Those behind the lawsuit against the "Stop WOKE" Act, backed by the American Civil Liberties Union, say the law restricts free speech.
A representative from the State University System of Florida Board of Governors confirmed that all 12 schools in the system received the memo.
An email from the University of North Florida’s Office of the Provost was first reported by the Chronicle of Higher Education that showed the administration asking university deans to compile lists of courses that fall under these themes of diversity and race.
A piece in The Atlantic looks at the chilling effect and defacto censorship DeSantis and his war on free speech and academic freedom is imposing on colleges and universities:
Jonathan Cox faced an agonizing decision. He was scheduled to teach two classes this past fall at the University of Central Florida that would explore color-blind racism, the concept that ostensibly race-neutral practices can have a discriminatory impact. The first, “Race and Social Media,” featured a unit on “racial ideology and color-blindness.” The second, “Race and Ethnicity,” included a reading on “the myth of a color-blind society.” An assistant sociology professor, Cox had taught both courses before; they typically drew 35 to 40 undergraduates apiece.
But a clash with state law seemed inevitable, once Florida’s governor, Ron DeSantis, proposed what he called the strongest legislation in the nation against “the state-sanctioned racism that is critical race theory.” Last April, DeSantis signed the Individual Freedom Act, also known as the “Stop Woke Act,” into law. . . . . it specifically bars portraying racial color-blindness—which the law labels a virtue—as racist.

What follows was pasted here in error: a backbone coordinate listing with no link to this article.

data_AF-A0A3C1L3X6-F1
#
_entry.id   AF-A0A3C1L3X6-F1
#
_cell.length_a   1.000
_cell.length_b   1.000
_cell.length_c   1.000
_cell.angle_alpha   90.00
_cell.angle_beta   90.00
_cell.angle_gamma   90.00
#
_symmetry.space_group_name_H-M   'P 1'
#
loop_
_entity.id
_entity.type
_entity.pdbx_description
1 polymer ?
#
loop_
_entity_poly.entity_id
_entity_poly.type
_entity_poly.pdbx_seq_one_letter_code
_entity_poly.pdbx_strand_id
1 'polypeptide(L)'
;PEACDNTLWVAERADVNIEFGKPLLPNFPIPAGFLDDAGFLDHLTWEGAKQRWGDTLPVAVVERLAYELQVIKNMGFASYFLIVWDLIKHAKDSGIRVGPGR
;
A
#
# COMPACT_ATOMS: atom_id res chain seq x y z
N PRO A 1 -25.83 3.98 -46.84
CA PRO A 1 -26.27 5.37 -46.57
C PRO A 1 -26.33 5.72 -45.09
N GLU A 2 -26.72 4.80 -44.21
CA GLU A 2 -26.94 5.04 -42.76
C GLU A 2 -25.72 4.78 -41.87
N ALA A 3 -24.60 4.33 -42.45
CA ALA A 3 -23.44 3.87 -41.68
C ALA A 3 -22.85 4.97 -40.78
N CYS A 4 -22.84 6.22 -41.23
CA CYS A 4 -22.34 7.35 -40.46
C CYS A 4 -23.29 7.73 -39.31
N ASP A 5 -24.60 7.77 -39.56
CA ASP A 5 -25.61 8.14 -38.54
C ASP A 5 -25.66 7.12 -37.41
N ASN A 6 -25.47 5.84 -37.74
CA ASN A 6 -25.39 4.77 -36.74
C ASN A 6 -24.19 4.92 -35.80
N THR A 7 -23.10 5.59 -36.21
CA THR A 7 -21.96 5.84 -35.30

Whatever one thinks of critical race theory, the state’s interference limits the freedom of professors who are experts in their fields to decide what to teach their students. Cox worried, not without reason, that the law effectively banned him from discussing his ideas in class, and that teaching the courses could cost him his livelihood.
A month before the fall 2022 semester was set to start, he scrapped both courses. . . . . Cox’s decision, along with another professor’s cancellation of a graduate course because of a similar anxiety, created an unusual gap in the sociology curriculum at UCF. Located in Orlando, UCF is Florida’s largest university, with almost 69,000 students.
Cox’s department chair, Elizabeth Mustaine, said she went along with the professors’ wishes because “I thought, I’m not going to stress anyone out about this. It’s crazy.” Still, she added, “it’s an absolute tragedy that classes like this get canceled.”
In just over two years, critical race theory has gone from a largely obscure academic subject to a favorite bogeyman for Republican candidates. Activists such as Christopher Rufo, a senior fellow at the conservative Manhattan Institute, conceived of targeting CRT to foment a backlash against measures enacted following George Floyd’s murder in May 2020.